Before, the Rock n Roll themed McDonald's. Courtesy McDonald's.

After, the McDonald's pavilion by Carol Ross Barney. Courtesy McDonald's

After, the McDonald's pavilion by Carol Ross Barney. Courtesy McDonald's

The flagship, designed by Chicago architects Carol Ross Barney resembles more of a modernist, Miesian pavilion than a hamburger stand.

It opened August 9th, took thirteen months from concept to completion, and is made from steel, glass, and cross laminated timber (CLT). The roof exterior is covered in solar panels and includes a cutout where a dropped down living garden hangs. 

Ross Barney

Ross Barney

The space is beautiful and a welcomed upgrade to the thirty year-old rock n roll restaurant-museum that once stood in it's place, but I have to wonder, does it achieves any more than being another beautiful building in a city full of eye catching architecture. Can McDonald's become the progressive and modern burger company it wants to become? Time will tell.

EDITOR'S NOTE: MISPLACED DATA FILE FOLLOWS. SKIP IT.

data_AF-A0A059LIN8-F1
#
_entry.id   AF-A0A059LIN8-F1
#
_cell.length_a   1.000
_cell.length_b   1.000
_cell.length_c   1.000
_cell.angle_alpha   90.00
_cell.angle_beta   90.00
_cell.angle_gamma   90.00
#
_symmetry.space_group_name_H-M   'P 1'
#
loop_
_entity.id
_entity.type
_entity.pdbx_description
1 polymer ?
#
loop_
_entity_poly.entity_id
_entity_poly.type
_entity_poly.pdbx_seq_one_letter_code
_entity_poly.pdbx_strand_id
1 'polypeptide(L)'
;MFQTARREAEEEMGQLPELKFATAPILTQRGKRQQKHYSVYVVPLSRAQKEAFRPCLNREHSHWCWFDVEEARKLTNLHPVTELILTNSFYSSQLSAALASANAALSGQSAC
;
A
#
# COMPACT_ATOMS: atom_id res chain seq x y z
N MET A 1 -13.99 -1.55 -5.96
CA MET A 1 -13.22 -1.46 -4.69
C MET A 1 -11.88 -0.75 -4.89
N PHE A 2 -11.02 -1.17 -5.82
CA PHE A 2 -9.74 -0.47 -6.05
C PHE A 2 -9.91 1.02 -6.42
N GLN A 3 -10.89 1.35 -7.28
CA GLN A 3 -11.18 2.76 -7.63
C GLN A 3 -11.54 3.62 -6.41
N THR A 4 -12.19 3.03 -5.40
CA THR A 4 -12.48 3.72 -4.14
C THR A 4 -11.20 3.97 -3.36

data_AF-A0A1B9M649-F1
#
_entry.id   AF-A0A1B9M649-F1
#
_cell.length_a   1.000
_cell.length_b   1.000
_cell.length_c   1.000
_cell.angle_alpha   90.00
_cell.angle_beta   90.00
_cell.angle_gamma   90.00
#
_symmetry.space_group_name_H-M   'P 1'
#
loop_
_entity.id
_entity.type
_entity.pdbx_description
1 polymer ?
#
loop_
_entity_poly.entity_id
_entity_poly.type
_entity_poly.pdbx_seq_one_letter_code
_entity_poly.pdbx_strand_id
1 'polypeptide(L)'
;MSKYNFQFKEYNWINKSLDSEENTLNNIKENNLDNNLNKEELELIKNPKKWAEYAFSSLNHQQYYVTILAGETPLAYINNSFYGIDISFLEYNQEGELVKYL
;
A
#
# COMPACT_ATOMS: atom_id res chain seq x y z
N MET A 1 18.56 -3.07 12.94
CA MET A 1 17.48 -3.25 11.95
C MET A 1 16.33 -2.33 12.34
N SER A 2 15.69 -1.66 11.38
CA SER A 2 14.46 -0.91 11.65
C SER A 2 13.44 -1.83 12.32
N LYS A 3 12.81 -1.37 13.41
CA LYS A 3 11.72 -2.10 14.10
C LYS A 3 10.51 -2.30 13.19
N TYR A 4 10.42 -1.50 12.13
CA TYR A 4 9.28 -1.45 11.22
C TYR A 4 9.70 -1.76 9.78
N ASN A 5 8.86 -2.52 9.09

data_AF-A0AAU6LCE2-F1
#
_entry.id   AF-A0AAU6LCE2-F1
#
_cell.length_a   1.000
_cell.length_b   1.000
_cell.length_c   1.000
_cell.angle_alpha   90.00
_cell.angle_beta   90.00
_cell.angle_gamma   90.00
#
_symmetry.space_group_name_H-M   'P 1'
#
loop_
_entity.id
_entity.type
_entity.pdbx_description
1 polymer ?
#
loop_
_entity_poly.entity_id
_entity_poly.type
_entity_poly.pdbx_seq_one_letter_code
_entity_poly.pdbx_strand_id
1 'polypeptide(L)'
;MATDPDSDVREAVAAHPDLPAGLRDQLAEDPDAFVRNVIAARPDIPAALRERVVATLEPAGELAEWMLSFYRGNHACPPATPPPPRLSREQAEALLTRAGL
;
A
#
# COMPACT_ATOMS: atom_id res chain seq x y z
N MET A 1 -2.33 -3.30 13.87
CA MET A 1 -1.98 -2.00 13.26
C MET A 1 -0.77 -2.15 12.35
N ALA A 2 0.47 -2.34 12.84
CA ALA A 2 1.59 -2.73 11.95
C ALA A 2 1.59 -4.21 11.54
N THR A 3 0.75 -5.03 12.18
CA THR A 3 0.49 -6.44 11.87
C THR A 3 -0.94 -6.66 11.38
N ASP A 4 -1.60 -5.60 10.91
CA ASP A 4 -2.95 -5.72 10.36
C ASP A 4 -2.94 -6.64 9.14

Source: https://www.metropolismag.com/architecture/mcdonalds-design-chicago/pic/45374/

Visualizing Climate Change

Each line in the barcode represents a single year’s temperature and spans from earliest recorded date to latest, left to right.

The result is a set of beautiful, barcode-like visualizations organized by Ed Hawkins, of the National Centre for Atmospheric Science (NCAS) at the University of Reading, to give a clear perspective of the global rise in temperature.

The image here represents the change in global temperatures covering 1.35°C (source). 

Annual global temperatures from 1850-2017. Credit: Ed Hawkins, Climate Lab Book

Annual global temperatures from 1850-2017. Credit: Ed Hawkins, Climate Lab Book

Source: Climate Lab Book, Warming Stripes http://www.climate-lab-book.ac.uk/2018/warming-stripes/

Trump is “In Deep.”